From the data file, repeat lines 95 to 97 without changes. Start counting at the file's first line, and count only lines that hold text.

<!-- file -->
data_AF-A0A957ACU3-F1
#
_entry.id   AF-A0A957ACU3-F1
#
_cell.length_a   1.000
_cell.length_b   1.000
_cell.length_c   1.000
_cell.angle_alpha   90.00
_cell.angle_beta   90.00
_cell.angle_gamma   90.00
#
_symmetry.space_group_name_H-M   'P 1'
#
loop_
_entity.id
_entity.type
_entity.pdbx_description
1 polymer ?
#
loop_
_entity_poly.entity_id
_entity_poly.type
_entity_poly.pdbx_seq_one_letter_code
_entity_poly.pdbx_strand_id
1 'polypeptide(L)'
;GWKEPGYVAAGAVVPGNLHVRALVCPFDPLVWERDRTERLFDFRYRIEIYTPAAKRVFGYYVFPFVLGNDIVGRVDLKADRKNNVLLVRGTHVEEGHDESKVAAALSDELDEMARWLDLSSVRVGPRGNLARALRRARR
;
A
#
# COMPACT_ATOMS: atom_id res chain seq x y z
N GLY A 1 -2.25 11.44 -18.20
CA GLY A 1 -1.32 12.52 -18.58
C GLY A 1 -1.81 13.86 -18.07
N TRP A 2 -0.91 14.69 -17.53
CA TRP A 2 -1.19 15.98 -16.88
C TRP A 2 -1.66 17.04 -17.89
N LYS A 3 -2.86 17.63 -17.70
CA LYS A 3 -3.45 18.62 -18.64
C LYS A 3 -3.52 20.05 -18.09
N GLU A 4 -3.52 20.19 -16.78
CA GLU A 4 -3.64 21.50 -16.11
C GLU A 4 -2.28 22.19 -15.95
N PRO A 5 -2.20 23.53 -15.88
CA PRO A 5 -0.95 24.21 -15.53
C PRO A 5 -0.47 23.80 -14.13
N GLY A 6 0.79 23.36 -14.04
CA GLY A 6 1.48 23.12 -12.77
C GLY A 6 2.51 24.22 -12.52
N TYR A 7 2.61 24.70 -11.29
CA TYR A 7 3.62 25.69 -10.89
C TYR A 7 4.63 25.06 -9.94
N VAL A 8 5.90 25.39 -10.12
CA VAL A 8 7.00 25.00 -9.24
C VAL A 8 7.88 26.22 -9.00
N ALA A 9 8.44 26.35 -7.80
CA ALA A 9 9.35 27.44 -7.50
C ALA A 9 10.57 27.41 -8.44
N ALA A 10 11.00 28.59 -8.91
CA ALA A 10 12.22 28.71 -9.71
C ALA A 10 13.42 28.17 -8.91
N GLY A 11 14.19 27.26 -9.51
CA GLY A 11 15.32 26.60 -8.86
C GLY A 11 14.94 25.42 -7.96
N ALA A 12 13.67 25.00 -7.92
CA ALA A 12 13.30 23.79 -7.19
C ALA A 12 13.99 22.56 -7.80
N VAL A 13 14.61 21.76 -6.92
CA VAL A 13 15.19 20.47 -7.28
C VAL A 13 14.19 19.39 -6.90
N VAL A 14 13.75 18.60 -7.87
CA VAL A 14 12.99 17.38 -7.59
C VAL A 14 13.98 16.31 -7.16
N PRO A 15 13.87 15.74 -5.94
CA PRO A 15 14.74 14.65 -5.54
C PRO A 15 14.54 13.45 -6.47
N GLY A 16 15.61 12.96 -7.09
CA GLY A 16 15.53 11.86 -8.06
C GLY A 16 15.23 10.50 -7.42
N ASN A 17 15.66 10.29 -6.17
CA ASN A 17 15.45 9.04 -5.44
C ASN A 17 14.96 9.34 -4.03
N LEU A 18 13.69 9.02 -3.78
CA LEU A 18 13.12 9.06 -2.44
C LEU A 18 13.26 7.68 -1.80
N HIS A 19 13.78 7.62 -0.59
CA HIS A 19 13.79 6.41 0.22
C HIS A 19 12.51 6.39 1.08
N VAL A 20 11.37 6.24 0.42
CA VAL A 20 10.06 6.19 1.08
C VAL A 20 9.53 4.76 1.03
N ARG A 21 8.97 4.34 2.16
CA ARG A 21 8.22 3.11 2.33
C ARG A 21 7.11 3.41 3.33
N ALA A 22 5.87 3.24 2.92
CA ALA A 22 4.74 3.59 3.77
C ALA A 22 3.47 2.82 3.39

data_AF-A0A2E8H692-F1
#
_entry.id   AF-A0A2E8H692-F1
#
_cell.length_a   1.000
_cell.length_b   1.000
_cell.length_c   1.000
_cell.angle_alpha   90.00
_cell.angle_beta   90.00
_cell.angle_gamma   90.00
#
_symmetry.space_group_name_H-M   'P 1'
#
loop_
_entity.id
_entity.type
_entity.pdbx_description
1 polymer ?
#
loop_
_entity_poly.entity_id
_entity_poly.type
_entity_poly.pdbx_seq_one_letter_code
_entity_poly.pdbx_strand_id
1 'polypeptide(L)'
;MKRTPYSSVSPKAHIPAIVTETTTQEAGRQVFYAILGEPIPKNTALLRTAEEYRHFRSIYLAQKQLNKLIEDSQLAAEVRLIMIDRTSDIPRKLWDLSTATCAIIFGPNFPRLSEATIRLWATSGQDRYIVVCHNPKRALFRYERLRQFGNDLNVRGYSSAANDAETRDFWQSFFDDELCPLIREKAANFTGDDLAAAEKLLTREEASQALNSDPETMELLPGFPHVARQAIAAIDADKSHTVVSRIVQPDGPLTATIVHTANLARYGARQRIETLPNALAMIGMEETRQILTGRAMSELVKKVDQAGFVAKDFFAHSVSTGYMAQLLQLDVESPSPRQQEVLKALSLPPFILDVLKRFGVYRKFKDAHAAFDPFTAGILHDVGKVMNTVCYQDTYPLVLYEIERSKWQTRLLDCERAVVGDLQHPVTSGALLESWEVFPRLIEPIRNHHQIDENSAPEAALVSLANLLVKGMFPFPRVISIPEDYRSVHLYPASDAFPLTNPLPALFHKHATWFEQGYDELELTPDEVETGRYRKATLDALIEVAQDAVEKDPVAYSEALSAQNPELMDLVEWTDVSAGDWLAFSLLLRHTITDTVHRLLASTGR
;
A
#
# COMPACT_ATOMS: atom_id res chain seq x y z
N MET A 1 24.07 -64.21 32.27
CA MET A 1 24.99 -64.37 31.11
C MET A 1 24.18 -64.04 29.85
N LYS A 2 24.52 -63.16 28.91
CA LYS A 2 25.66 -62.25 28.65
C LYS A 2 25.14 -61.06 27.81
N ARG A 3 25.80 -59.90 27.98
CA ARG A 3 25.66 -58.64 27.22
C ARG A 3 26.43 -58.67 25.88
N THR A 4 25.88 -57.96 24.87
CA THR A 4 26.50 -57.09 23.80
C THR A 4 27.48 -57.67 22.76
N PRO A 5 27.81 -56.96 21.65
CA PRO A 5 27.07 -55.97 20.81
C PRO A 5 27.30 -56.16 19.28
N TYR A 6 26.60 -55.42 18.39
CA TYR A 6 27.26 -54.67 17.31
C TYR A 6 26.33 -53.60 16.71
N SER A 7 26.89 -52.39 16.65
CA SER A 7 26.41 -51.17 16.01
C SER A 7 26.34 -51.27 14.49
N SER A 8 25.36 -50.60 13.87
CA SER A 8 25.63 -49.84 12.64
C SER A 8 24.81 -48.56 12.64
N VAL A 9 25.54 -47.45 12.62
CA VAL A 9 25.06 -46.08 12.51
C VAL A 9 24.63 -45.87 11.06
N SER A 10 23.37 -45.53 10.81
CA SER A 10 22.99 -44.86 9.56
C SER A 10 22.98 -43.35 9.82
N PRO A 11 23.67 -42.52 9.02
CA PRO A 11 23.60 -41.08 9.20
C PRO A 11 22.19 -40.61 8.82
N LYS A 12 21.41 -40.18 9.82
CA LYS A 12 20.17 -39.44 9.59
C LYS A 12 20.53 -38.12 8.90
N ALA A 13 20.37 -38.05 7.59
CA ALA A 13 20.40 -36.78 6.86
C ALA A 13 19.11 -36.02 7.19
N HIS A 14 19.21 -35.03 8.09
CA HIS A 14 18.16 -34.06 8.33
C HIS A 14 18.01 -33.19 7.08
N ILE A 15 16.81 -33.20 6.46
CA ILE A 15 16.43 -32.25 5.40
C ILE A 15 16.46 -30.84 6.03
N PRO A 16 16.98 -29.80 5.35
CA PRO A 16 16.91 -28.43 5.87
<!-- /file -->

CA ALA A 22 4.74 3.59 3.77
C ALA A 22 3.47 2.82 3.39

data_AF-A0A2E8H692-F1